New Book, "50 Ways to Save Your Heart," Free to the Public
Each year, more than 600,000 people in the U.S. die from heart disease, accounting for one in four deaths. On top of that, nearly 750,000 suffer a heart attack. Heart disease is more prevalent than cancer – but is completely preventable, according to University of New Mexico physician authors Philip Eaton and David Schade.
The two renowned endocrinologists want to share their combined 110 years of learning, researching, teaching and healing patients with their new, free book, 50 Ways to Save Your Heart.
“Heart disease and heart attacks are increasing at an increasing rate, and there’s no reason for it to be happening,” Eaton says. “Heart disease is completely preventable, and in fact, is reversible.”
50 Ways to Save Your Heart walks readers through the basic biology of heart disease using relatable patient experiences, including the 50 most common questions Eaton and Schade have fielded over their professional lives about heart disease and heart attacks.
The 170-page e-book is laid out in short, easily digestible chapters explaining how the human body works, where to begin evaluating your heart health, understanding cholesterol and its role in heart health, steps in detecting, preventing and reversing heart disease, your role in your health and more. Each chapter uses a photo or illustration to underscore the information provided, and the book includes more than 250 current or recent scientific citations for more detailed information.
Advances in technology and medicine have delivered more information and provided us with more control over our health than ever before. The focus has shifted over the decades from heading straight to the hospital for injuries and serious illness to visiting a primary care physician for vaccines and wellness exams. We’ve evolved from not dying, to living better.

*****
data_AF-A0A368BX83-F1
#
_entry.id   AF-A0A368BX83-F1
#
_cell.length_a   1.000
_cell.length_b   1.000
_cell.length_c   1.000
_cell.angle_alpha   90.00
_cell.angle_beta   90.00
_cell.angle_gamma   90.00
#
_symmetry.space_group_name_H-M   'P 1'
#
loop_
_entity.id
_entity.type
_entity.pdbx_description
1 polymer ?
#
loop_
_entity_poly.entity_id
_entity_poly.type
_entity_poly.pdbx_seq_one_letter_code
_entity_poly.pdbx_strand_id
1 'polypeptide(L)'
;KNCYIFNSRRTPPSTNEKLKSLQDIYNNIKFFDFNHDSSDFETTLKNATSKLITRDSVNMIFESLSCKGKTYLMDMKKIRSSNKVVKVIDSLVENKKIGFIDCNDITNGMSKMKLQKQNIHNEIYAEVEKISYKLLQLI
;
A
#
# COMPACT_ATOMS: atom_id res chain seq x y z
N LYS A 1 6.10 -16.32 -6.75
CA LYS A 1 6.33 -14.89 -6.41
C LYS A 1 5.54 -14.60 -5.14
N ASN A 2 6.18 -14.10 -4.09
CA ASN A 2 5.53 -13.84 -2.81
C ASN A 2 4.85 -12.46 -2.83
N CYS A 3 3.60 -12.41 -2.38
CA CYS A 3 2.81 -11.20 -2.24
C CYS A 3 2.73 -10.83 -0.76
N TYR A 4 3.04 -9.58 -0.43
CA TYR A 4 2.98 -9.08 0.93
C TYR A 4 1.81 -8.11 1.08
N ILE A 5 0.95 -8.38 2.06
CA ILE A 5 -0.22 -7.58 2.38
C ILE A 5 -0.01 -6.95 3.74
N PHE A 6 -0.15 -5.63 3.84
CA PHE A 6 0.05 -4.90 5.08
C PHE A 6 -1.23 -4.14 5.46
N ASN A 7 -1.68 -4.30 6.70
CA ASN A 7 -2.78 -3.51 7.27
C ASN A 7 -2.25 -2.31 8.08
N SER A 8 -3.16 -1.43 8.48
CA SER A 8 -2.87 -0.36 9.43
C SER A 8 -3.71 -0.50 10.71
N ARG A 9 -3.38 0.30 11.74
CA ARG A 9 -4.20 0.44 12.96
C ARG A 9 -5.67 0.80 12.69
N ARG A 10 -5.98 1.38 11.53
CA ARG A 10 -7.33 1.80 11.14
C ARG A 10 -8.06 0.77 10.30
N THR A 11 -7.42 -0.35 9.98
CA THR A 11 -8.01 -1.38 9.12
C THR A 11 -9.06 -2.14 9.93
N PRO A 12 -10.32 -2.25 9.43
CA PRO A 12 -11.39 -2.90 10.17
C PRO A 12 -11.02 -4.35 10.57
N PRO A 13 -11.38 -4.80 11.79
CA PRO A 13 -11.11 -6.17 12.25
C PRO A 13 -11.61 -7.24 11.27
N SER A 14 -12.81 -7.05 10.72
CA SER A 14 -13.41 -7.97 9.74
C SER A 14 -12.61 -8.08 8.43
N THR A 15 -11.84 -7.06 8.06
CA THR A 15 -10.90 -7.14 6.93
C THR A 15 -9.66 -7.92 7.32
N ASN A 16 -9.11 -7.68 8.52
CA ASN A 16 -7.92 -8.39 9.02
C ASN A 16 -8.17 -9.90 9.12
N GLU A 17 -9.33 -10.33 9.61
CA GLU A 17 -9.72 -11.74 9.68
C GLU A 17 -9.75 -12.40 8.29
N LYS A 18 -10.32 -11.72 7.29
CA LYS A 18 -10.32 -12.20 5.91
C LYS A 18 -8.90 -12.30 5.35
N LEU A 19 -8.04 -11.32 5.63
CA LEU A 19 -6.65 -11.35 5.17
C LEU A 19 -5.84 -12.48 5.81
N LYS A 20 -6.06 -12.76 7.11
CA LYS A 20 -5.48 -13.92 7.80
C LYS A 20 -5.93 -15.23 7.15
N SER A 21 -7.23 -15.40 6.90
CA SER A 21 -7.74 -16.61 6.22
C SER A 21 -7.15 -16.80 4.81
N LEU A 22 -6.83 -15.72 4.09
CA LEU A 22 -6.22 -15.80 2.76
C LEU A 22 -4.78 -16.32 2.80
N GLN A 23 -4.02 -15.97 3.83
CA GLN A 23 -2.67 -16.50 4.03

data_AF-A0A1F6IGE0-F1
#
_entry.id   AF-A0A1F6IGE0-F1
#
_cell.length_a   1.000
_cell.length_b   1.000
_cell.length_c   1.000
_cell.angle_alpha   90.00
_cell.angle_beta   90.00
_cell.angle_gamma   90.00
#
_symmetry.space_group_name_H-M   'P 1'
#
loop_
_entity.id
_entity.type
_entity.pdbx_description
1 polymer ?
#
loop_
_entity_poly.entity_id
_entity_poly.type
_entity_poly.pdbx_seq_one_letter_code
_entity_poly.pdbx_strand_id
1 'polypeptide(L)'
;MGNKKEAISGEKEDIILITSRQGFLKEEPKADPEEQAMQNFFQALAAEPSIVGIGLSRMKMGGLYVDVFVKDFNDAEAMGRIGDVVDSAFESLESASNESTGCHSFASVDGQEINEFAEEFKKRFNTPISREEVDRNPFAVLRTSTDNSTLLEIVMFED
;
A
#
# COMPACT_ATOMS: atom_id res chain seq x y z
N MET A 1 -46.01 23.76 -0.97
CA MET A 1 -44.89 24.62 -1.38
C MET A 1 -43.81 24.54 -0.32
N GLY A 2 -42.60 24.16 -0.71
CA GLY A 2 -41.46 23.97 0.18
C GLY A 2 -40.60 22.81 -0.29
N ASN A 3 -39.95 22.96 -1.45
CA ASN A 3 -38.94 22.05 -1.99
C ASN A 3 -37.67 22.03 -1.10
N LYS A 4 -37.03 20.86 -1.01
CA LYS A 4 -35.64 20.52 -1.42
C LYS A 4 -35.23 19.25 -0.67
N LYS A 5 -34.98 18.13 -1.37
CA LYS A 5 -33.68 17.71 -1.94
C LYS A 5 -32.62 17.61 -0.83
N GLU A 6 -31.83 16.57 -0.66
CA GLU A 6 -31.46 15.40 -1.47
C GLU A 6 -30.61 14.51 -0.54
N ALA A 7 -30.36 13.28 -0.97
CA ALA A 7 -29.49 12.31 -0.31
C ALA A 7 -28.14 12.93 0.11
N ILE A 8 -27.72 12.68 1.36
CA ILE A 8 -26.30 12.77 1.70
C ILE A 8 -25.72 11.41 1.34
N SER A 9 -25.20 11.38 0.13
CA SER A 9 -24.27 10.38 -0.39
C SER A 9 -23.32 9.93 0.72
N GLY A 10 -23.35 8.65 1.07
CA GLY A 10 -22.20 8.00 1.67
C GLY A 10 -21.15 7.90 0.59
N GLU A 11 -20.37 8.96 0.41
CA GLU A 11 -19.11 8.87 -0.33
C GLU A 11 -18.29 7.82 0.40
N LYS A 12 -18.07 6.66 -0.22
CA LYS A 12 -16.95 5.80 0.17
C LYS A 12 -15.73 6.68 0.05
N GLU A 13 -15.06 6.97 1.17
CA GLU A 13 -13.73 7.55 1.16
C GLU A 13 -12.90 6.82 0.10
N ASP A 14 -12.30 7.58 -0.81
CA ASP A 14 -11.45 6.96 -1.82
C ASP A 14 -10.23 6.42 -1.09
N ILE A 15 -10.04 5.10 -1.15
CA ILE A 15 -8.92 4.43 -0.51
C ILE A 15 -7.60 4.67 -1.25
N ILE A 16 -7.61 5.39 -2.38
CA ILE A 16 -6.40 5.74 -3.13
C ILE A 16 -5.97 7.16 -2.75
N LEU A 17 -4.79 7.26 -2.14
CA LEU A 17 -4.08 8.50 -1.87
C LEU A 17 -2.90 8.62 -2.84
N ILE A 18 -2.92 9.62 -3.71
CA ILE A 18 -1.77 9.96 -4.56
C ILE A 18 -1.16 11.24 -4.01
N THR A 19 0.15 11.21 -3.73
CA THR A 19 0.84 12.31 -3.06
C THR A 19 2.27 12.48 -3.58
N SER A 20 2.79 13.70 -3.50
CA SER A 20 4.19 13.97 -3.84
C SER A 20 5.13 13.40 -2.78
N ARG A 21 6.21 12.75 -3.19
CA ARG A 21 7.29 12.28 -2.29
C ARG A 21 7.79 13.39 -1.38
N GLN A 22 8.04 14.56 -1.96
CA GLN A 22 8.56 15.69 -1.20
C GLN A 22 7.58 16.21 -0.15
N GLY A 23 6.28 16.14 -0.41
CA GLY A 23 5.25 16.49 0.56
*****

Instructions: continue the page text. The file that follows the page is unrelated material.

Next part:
“The patient’s role in health care has changed, because we can assert more control over our health and prevention of disease,” Schade says. “Our answer to heart attacks now isn’t proximity to a hospital; it’s how we care for ourselves every day.”
Regents’ Professor David Schade, MD, is an accomplished endocrinologist and lipidologist who spent time early in his career at the National Institutes of Health before joining the UNM School of Medicine faculty. He has served as the chief of the Division of Endocrinology for the past 20 years.
R. Phillip Eaton, MD, Emeritus Executive Vice President for Health Sciences at UNM, is an internist, endocrinologist and lipidologist. Eaton has dedicated his career to understanding diseases of specialized glands in the body and the prevention on atherosclerotic heart disease. He has been a student, professor, clinician, researcher and policymaker laser-focused on heart disease for 60-plus years in New Mexico.
“Dr. Schade and I have been completely engaged in the cause of disease and how to cure it our whole professional lives,” Eaton says. “To not do something on a larger scale with what we’ve learned would be contrary to how we’ve lived our lives.” So, they’re sharing their experiences and knowledge with anyone seeking more information through 50 Ways to Save Your Heart.
“We decided we can’t just lecture to medical students and patients – we have to do something on a larger scale,” Eaton says. “We need to get the word out. This is a matter of data, not opinion.” The authors stress there are three take-homes from the book:
1) You can save your own life. It’s in your hands.
2) This book tells you how.
3) It works, and the data proves it.
“We can easily care for ourselves against this disease every day,” Eaton adds. “One sure way to know if you’re susceptible is through a calcium heart scan – a CT scan for your heart. The more calcium present, the greater your risk.”
“Cholesterol is the fuel that makes calcium collect in the heart,” Schade adds. “The lower we keep our bad cholesterol, the less disease we have. Engage with your primary care physician and take your health into your own hands. Own your heart and you own your health.
“This book is an easy read for the average person, with minimal technical language,” Schade continues. “The PDF format can be downloaded at no expense to any computer or device from the website http://stopheartattack.net.